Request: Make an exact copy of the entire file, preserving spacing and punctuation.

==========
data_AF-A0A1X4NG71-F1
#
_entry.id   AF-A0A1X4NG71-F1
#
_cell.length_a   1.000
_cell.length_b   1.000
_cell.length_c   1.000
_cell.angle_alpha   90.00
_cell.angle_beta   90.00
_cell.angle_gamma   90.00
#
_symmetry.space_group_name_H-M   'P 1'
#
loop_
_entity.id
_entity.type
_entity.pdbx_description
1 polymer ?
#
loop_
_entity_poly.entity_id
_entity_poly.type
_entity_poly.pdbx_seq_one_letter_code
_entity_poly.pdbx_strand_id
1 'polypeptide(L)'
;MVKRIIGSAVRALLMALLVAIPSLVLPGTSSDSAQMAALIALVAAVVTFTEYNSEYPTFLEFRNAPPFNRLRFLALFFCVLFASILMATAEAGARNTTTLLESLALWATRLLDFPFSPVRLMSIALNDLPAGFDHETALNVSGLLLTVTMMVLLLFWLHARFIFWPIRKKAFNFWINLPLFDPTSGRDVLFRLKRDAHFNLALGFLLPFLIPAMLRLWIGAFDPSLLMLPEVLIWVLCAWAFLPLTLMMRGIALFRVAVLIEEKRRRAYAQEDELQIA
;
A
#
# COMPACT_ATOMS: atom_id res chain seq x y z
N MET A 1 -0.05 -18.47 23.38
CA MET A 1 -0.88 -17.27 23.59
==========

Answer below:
data_AF-A0A1X4NG71-F1
#
_entry.id   AF-A0A1X4NG71-F1
#
_cell.length_a   1.000
_cell.length_b   1.000
_cell.length_c   1.000
_cell.angle_alpha   90.00
_cell.angle_beta   90.00
_cell.angle_gamma   90.00
#
_symmetry.space_group_name_H-M   'P 1'
#
loop_
_entity.id
_entity.type
_entity.pdbx_description
1 polymer ?
#
loop_
_entity_poly.entity_id
_entity_poly.type
_entity_poly.pdbx_seq_one_letter_code
_entity_poly.pdbx_strand_id
1 'polypeptide(L)'
;MVKRIIGSAVRALLMALLVAIPSLVLPGTSSDSAQMAALIALVAAVVTFTEYNSEYPTFLEFRNAPPFNRLRFLALFFCVLFASILMATAEAGARNTTTLLESLALWATRLLDFPFSPVRLMSIALNDLPAGFDHETALNVSGLLLTVTMMVLLLFWLHARFIFWPIRKKAFNFWINLPLFDPTSGRDVLFRLKRDAHFNLALGFLLPFLIPAMLRLWIGAFDPSLLMLPEVLIWVLCAWAFLPLTLMMRGIALFRVAVLIEEKRRRAYAQEDELQIA
;
A
#
# COMPACT_ATOMS: atom_id res chain seq x y z
N MET A 1 -0.05 -18.47 23.38
CA MET A 1 -0.88 -17.27 23.59